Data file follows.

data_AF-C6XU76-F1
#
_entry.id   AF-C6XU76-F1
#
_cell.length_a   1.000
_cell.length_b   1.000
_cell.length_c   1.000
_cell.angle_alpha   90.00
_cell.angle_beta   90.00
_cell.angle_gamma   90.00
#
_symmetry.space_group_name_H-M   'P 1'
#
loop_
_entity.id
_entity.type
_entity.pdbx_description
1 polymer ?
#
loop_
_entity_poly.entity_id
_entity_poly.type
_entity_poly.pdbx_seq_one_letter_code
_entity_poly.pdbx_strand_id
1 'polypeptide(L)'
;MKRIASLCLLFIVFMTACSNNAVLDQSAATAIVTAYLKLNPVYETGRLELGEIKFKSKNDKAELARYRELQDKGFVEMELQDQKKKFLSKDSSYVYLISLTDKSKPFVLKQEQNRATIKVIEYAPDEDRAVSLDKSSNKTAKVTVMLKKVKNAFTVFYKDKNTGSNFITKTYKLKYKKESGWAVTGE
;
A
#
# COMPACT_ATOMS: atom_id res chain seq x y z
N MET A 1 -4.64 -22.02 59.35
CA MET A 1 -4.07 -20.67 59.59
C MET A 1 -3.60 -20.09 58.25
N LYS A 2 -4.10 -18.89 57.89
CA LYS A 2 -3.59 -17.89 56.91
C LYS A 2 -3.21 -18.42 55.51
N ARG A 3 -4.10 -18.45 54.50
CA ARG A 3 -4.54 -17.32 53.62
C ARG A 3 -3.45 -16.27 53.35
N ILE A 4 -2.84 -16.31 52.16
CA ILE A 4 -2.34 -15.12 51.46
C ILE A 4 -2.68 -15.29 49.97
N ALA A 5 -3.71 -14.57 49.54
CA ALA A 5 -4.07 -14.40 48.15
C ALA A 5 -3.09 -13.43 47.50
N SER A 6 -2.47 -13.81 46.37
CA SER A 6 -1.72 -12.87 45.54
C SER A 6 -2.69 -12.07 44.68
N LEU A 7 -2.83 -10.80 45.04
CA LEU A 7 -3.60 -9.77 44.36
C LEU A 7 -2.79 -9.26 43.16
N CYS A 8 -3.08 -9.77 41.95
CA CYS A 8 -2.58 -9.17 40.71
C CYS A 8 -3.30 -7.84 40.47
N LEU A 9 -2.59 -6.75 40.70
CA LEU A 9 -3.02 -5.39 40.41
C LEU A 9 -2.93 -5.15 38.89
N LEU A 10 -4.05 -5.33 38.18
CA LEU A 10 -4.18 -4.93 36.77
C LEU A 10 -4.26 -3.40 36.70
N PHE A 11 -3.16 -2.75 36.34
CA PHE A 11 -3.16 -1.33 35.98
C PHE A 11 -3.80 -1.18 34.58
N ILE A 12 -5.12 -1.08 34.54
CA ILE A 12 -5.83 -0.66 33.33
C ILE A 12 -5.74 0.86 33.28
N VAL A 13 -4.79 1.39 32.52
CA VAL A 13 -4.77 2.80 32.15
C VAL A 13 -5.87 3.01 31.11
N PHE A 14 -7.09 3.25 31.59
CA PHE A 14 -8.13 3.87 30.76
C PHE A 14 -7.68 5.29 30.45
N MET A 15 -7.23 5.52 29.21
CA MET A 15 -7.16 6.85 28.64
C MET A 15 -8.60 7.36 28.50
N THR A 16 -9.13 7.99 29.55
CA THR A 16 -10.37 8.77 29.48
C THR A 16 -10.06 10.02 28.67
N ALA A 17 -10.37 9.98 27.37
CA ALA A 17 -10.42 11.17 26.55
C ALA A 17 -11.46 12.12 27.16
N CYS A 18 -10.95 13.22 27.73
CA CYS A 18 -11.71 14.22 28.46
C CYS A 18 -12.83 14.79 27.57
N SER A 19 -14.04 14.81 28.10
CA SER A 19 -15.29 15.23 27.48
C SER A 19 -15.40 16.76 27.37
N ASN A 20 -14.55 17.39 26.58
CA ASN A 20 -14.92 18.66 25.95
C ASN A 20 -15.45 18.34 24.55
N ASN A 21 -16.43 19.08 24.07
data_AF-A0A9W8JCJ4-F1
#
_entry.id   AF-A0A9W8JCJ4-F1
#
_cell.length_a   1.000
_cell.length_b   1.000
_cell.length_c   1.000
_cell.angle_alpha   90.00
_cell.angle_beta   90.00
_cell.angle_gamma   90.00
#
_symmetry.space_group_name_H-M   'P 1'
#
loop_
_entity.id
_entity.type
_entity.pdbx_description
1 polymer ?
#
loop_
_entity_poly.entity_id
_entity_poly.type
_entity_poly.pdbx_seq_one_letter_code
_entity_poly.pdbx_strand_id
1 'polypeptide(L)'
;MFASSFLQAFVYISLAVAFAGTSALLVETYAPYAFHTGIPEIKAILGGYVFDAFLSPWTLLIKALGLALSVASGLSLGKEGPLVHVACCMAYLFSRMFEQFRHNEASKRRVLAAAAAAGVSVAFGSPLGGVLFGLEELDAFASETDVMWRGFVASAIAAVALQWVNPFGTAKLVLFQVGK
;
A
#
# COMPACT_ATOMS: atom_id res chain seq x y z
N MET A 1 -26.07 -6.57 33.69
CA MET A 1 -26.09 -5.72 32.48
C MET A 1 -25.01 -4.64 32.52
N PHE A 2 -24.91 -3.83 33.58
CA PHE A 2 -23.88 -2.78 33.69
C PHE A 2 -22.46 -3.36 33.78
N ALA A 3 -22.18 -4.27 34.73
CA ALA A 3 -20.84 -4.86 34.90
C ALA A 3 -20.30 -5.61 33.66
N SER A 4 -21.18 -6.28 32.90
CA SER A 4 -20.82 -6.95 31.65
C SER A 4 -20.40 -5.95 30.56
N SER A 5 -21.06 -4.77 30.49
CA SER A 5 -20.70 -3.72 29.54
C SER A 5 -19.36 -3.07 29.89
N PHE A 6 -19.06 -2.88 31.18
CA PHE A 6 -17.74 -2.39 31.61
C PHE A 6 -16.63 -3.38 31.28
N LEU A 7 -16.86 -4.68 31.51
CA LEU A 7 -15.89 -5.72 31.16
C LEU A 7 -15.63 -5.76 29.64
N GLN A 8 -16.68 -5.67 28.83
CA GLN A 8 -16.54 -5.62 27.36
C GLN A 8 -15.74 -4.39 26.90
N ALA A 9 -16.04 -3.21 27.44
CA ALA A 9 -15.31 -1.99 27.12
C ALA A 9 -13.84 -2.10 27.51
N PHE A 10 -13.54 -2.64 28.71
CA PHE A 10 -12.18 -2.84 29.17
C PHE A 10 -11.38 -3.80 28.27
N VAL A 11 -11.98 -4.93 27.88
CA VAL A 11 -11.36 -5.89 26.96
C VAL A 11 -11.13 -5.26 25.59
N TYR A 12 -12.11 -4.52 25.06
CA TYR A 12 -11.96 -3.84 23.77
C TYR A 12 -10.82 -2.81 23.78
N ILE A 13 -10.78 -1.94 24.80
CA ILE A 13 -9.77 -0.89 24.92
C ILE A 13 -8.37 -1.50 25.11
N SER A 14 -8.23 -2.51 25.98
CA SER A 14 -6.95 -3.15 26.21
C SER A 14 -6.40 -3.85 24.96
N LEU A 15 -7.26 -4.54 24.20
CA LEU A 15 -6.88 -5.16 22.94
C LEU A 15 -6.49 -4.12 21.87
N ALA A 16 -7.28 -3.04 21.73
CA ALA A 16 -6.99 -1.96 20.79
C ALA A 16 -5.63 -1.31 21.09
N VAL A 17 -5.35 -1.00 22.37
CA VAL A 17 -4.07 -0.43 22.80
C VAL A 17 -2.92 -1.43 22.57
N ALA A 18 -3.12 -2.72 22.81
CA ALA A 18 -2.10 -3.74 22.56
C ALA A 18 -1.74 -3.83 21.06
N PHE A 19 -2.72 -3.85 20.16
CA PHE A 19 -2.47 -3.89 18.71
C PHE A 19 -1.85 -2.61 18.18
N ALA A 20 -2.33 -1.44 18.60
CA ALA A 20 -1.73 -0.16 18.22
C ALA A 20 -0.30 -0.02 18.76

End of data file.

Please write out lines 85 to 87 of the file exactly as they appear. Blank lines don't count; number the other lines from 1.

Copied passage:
N SER A 19 -14.04 14.81 28.10
CA SER A 19 -15.29 15.23 27.48
C SER A 19 -15.40 16.76 27.37